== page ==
It is not a simple task to run some of the world’s largest data and Mark Zuckerberg has recently unveiled the high-tech technology that they employ in order to do it.
As of September 2016, Facebook has more than 1.13 billion daily active users and therefore it is the third-busiest site on the internet. All that traffic results in a lot of data. Actually, more than 600 TB of information is processed by Facebook per day that needs an extraordinary network of warehouses which store upwards of 300 PB of Hive data.
As millions of pictures and videos are uploaded everyday by users, hence Facebook is expanding day by day. In addition to the 1 million websites and hundreds of thousands of applications, the induction of 360-degrees videos which Facebook services requires the company to store the data within massive data warehouses.
The data centres need to expand now due to the unceasing increase of traffic. Currently, Facebook is in the plans of constructing two immense warehouses of 307,000 square feet 487,000-square feet respectively. The most interesting among them is perhaps the Luleå data centre located in Sweden. The centre is just over 100 km south of the Arctic Circle, making the climate extremely cold all year round. The temperature sits no higher than 10°C (about 50 °F) normally and hence, luckily, the cold air is perfect for cooling down the servers. The Luleå centre simply pumps the outside air in rather than using large air conditioners.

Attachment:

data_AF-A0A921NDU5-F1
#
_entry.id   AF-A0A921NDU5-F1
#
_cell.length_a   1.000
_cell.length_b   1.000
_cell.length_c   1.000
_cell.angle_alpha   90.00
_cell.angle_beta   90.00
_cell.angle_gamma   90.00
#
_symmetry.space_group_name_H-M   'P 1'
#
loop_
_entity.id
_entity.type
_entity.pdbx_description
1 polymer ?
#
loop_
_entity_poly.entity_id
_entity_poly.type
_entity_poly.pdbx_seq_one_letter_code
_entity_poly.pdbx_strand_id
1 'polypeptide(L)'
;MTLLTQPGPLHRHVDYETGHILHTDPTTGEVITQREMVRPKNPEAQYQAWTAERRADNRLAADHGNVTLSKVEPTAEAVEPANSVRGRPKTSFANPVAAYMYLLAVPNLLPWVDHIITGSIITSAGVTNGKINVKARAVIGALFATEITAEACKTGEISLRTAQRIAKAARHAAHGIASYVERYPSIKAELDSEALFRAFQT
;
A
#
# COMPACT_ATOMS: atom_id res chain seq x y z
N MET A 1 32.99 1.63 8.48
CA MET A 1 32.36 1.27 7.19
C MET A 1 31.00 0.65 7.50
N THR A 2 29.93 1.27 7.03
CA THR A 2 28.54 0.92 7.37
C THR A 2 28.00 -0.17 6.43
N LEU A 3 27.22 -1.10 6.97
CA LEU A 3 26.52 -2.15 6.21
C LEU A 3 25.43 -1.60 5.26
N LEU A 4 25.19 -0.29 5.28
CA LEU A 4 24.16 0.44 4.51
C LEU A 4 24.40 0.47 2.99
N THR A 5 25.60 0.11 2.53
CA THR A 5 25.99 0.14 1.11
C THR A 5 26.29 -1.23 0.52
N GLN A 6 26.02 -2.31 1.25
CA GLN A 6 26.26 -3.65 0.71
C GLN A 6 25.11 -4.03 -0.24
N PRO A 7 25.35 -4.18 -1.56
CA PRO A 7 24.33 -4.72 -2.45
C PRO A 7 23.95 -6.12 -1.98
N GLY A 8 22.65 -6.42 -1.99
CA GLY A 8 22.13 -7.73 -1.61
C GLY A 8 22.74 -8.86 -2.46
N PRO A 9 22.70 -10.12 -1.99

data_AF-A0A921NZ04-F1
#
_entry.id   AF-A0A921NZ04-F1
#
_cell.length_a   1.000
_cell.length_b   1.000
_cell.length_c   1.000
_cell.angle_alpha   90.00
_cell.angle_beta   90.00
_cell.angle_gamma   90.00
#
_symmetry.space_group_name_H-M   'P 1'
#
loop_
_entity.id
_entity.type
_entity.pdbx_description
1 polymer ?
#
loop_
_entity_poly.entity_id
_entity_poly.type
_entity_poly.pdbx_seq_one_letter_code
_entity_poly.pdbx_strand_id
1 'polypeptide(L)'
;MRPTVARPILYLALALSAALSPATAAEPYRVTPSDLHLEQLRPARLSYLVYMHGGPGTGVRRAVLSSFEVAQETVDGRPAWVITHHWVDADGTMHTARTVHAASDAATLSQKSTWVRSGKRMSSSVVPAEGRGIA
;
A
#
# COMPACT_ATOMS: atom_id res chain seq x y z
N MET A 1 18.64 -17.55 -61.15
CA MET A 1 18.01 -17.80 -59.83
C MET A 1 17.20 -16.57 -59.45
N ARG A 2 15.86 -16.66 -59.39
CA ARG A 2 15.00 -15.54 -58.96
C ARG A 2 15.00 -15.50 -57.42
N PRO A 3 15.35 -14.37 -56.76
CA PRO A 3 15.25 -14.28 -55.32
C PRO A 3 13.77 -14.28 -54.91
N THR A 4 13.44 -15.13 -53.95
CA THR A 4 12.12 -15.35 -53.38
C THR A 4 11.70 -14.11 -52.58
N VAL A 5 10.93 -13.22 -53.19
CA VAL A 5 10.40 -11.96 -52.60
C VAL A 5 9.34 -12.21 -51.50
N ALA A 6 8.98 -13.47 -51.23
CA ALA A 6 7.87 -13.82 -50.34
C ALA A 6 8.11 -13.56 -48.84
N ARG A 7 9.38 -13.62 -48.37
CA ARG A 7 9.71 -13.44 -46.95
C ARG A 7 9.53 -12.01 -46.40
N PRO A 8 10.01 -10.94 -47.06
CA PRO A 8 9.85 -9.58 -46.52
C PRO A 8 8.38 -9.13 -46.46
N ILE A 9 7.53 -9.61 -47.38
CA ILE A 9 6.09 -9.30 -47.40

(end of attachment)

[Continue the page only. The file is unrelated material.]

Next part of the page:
Nearby rivers are used to generate the electricity by twelve local hydroelectric plants, a requirement to run the warehouse. While utilizing 40% less power as compared to traditional data centres, the strategic placement empowers the entire system to stay 10% more efficient. Regardless of the immense savings, the complex is the size of six football fields.
Just like Facebook, everything that is stored on the ‘cloud’ is directed to a data warehouse as opposed to its name. Every picture, like, and candy crush request makes its way into a server where it is stored for eternity- or at least until someone shuts it off.